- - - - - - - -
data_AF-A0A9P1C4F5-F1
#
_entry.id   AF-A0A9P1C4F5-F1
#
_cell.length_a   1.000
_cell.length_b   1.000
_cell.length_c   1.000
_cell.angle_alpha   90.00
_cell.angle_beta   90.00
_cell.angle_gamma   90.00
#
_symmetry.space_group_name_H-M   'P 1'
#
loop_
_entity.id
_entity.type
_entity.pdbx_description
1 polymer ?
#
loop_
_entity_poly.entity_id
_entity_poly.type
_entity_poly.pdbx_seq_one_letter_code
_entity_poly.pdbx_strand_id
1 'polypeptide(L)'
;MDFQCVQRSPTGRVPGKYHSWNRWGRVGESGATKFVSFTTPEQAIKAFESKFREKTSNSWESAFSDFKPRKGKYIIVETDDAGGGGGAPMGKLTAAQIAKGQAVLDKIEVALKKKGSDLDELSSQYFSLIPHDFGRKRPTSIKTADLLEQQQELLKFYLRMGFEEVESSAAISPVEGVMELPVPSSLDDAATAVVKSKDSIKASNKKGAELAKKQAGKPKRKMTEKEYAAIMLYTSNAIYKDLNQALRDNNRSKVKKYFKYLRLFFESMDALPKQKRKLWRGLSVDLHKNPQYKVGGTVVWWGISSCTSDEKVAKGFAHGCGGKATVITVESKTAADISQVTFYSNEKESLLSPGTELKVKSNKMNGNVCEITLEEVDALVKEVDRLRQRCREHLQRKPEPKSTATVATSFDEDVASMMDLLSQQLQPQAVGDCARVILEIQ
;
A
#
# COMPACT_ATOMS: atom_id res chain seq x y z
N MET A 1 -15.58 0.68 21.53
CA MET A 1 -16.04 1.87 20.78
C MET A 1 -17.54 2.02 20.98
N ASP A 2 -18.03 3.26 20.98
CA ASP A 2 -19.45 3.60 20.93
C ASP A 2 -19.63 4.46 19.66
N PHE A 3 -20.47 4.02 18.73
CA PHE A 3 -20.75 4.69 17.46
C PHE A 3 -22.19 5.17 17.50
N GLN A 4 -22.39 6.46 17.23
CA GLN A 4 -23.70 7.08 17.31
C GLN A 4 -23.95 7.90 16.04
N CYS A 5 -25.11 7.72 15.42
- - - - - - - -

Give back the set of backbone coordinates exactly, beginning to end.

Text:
data_AF-A0A9P1C4F5-F1
#
_entry.id   AF-A0A9P1C4F5-F1
#
_cell.length_a   1.000
_cell.length_b   1.000
_cell.length_c   1.000
_cell.angle_alpha   90.00
_cell.angle_beta   90.00
_cell.angle_gamma   90.00
#
_symmetry.space_group_name_H-M   'P 1'
#
loop_
_entity.id
_entity.type
_entity.pdbx_description
1 polymer ?
#
loop_
_entity_poly.entity_id
_entity_poly.type
_entity_poly.pdbx_seq_one_letter_code
_entity_poly.pdbx_strand_id
1 'polypeptide(L)'
;MDFQCVQRSPTGRVPGKYHSWNRWGRVGESGATKFVSFTTPEQAIKAFESKFREKTSNSWESAFSDFKPRKGKYIIVETDDAGGGGGAPMGKLTAAQIAKGQAVLDKIEVALKKKGSDLDELSSQYFSLIPHDFGRKRPTSIKTADLLEQQQELLKFYLRMGFEEVESSAAISPVEGVMELPVPSSLDDAATAVVKSKDSIKASNKKGAELAKKQAGKPKRKMTEKEYAAIMLYTSNAIYKDLNQALRDNNRSKVKKYFKYLRLFFESMDALPKQKRKLWRGLSVDLHKNPQYKVGGTVVWWGISSCTSDEKVAKGFAHGCGGKATVITVESKTAADISQVTFYSNEKESLLSPGTELKVKSNKMNGNVCEITLEEVDALVKEVDRLRQRCREHLQRKPEPKSTATVATSFDEDVASMMDLLSQQLQPQAVGDCARVILEIQ
;
A
#
# COMPACT_ATOMS: atom_id res chain seq x y z
N MET A 1 -15.58 0.68 21.53
CA MET A 1 -16.04 1.87 20.78
C MET A 1 -17.54 2.02 20.98
N ASP A 2 -18.03 3.26 20.98
CA ASP A 2 -19.45 3.60 20.93
C ASP A 2 -19.63 4.46 19.66
N PHE A 3 -20.47 4.02 18.73
CA PHE A 3 -20.75 4.69 17.46
C PHE A 3 -22.19 5.17 17.50
N GLN A 4 -22.39 6.46 17.23
CA GLN A 4 -23.70 7.08 17.31
C GLN A 4 -23.95 7.90 16.04
N CYS A 5 -25.11 7.72 15.42